Japan Geoscience Union Meeting 2018

Presentation information

[EE] Evening Poster

P (Space and Planetary Sciences) » P-PS Planetary Sciences

[P-PS03] Small Bodies in the Solar System: Current Understanding and Future Prospects

Wed. May 23, 2018 5:15 PM - 6:30 PM Poster Hall (International Exhibition Hall7, Makuhari Messe)

convener:Masateru Ishiguro(Department of Physics and Astronomy, Seoul National University), Taishi Nakamoto(Tokyo Institute of Technology), Masahiko Arakawa(神戸大学大学院理学研究科, 共同), Masanao Abe(Institute of Space and Astronautical Science, Japan Aerospace Exploration Agency)

[PPS03-P22] Update of Imaging Polarimetry Survey on Cometary Dust Coma Activities

*Reiko Furusho1, Jun-ichi Watanabe2 (1.Tsuru University, 2.Public Relation Center, National Astronomical Observatory)

Keywords:Comet, Imaging Polarimetry, dust

Polarimetry is a powerful tool to study physical properties of cometary dust grains. It is well known that sunlight scattered by dust grains in cometary coma is partially linearly polarized. The polarization degree is a function of complex refractive indices, size distribution, shape, and scattering phase angle of dust grains. Imaging polarimetry of comets gives us a valuable clue to study dust grain activities in cometary coma. It had been recognized that feature of higher linear polarization degree relevant to a dust jet in linear polarization maps of some comets. The feature might indicate the difference of local distribution of size and/or material of dust grains in a coma by the jet activity and so on.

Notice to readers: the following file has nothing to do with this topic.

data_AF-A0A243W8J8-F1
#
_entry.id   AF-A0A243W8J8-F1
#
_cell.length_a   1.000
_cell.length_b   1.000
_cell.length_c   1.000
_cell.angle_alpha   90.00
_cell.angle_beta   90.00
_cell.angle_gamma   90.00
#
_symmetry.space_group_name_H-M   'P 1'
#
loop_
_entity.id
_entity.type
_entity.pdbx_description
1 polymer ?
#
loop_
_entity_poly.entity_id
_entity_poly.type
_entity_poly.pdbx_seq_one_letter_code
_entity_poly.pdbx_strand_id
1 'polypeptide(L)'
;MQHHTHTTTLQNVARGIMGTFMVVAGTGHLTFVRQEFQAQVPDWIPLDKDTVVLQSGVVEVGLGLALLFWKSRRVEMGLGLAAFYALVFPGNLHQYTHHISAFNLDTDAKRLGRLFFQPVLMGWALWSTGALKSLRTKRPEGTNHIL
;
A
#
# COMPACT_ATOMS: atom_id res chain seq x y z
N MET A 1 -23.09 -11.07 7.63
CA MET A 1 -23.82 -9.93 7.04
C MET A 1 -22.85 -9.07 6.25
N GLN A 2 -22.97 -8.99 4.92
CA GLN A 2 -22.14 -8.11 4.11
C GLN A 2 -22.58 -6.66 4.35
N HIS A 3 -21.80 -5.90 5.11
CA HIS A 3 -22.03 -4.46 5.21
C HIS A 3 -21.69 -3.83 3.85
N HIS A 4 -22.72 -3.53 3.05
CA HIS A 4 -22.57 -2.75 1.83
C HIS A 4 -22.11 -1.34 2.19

To study such dust grain activities in cometary coma, we have started the optical imaging polarimetry survey on cometary dust coma activities, by using our instrument called "Polarimetric Imager for COmets (PICO)" [1]. In the early phase of this survey, 0.65-m reflector at Gunma Astronomical Observatory and 1-m telescope at Lulin Observatory, Taiwan, were used for observations. Since 2006, our survey has been performed by using the 0.5-m reflector at Mitaka, National Astronomical Observatory of Japan. Up to now, we observed 26 comets/nuclei in total, including 7 short periodic comets and one pair of split cometary nuclei of 73P/Schwassmann-Wachmann. We present the latest results of our polarimetry survey.

[1] Ikeda Y. et al. (2007), PASJ, 59, 1017